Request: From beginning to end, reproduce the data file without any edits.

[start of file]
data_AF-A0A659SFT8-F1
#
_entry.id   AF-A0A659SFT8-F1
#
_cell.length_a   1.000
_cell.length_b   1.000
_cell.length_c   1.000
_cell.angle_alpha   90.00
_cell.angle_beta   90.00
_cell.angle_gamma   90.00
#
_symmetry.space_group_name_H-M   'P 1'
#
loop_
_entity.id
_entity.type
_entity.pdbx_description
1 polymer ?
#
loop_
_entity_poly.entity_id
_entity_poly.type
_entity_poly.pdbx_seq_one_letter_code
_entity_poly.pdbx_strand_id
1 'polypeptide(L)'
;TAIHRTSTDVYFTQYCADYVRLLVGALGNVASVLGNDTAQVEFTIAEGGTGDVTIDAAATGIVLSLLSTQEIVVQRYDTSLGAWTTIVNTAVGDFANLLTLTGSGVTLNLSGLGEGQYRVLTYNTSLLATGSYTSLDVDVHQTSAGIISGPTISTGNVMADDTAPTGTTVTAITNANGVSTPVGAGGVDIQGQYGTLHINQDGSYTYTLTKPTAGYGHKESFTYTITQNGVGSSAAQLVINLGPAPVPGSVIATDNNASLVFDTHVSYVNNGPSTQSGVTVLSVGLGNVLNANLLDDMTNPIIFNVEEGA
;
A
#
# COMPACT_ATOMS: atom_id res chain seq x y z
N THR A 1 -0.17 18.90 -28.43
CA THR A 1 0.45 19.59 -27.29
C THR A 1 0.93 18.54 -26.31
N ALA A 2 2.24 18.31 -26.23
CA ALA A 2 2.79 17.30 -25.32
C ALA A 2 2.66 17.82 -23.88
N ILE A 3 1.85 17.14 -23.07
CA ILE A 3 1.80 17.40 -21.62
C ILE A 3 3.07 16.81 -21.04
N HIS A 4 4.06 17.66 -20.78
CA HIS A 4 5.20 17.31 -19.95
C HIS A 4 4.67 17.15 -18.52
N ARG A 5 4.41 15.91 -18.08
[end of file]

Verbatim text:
data_AF-A0A659SFT8-F1
#
_entry.id   AF-A0A659SFT8-F1
#
_cell.length_a   1.000
_cell.length_b   1.000
_cell.length_c   1.000
_cell.angle_alpha   90.00
_cell.angle_beta   90.00
_cell.angle_gamma   90.00
#
_symmetry.space_group_name_H-M   'P 1'
#
loop_
_entity.id
_entity.type
_entity.pdbx_description
1 polymer ?
#
loop_
_entity_poly.entity_id
_entity_poly.type
_entity_poly.pdbx_seq_one_letter_code
_entity_poly.pdbx_strand_id
1 'polypeptide(L)'
;TAIHRTSTDVYFTQYCADYVRLLVGALGNVASVLGNDTAQVEFTIAEGGTGDVTIDAAATGIVLSLLSTQEIVVQRYDTSLGAWTTIVNTAVGDFANLLTLTGSGVTLNLSGLGEGQYRVLTYNTSLLATGSYTSLDVDVHQTSAGIISGPTISTGNVMADDTAPTGTTVTAITNANGVSTPVGAGGVDIQGQYGTLHINQDGSYTYTLTKPTAGYGHKESFTYTITQNGVGSSAAQLVINLGPAPVPGSVIATDNNASLVFDTHVSYVNNGPSTQSGVTVLSVGLGNVLNANLLDDMTNPIIFNVEEGA
;
A
#
# COMPACT_ATOMS: atom_id res chain seq x y z
N THR A 1 -0.17 18.90 -28.43
CA THR A 1 0.45 19.59 -27.29
C THR A 1 0.93 18.54 -26.31
N ALA A 2 2.24 18.31 -26.23
CA ALA A 2 2.79 17.30 -25.32
C ALA A 2 2.66 17.82 -23.88
N ILE A 3 1.85 17.14 -23.07
CA ILE A 3 1.80 17.40 -21.62
C ILE A 3 3.07 16.81 -21.04
N HIS A 4 4.06 17.66 -20.78
CA HIS A 4 5.20 17.31 -19.95
C HIS A 4 4.67 17.15 -18.52
N ARG A 5 4.41 15.91 -18.08